One Miracle

Scott Pelley, 60 Minutes II, 020225, GD CBS

An excerpt from "What We Saw" by CBS News and published by Simon & Schuster. Scott Pelley is a CBS News Correspondent for 60 Minutes II.



At Ground Zero, as the area around the sight of the World Trade Center disaster came to be known, firemen dug with their hands, searching for any sign of life. There were one and a half million tons of ruins and nearly 3,000 people inside. "It's just incredible, indescribable," and exhausted fireman told me. "We are standing on the roof of the building and as we're digging out, all you see is the tops of fire engines and cars, there's stuff and people everywhere."

"Everybody's working together," another fireman said, "piece by piece, hand by hand. The whole city is trying to get people out."

Volunteers marched in off the street, including retired firemen, ironworkers, nurses and tourists. They set up bucket brigades to move the wreckage, hand over hand, a few pounds at a time. In the first hours, I saw a great deal of hope. Rescuers climbed the mountain of debris expecting miracles. Fred Clark, a carpenter who helped build the World Trade Center in 1969, was back to take it apart. "What I see now is heartbreaking, but I'm hopeful," he told me. "I'm here to find somebody still alive."

There was one miracle. Nearly a day after the attack, John McLoughlin, a Port Authority police office, was pulled out alive. "I was here when they pulled out the police officer," Dr. Tony Dajer, of New York University Hospital, told me. "He was in very good shape actually." But Officer McLoughlin would the last amazing story of survival.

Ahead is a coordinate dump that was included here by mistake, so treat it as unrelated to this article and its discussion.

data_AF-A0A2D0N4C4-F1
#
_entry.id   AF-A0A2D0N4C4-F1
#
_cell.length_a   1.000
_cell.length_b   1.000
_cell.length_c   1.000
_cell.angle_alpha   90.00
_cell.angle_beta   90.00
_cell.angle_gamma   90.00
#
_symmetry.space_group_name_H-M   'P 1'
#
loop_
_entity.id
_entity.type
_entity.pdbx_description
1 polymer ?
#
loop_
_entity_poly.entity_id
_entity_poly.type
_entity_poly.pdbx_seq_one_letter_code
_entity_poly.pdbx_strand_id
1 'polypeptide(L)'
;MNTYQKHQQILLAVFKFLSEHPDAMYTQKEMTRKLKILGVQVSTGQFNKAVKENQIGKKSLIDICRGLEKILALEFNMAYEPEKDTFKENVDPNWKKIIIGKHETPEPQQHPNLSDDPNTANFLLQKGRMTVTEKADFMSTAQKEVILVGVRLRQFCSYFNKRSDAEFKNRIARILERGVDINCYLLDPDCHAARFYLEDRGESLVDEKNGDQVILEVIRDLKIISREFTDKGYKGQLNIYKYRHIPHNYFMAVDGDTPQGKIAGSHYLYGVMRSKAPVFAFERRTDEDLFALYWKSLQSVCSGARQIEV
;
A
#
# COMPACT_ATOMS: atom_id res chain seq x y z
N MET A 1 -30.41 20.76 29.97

Ambulances rushed in, but did not rush out. Dr. Lincoln Cleveland, also with New York University Hospital, stood amid the devastation with no one to save. "You can read a couple of things into that," he told me. "Either people are buried and they're going to start bringing bodies out, or just everybody died." No one was found after the first twenty-four hours.

But for me, what I'll never forget is the faces of the lost that looked from photographs plastered onto parked cars, lampposts and mailboxes throughout the city. Families posted thousands of missing-persons fliers. One man walked up to me holding up the picture of his best friend in the hope that a passerby might recognize the face. "He has a two-and-a-half-year old daughter. He's the godfather of my children," he said. "Have you seen him in there?" For the most part, the pleas of these families would never be answered.

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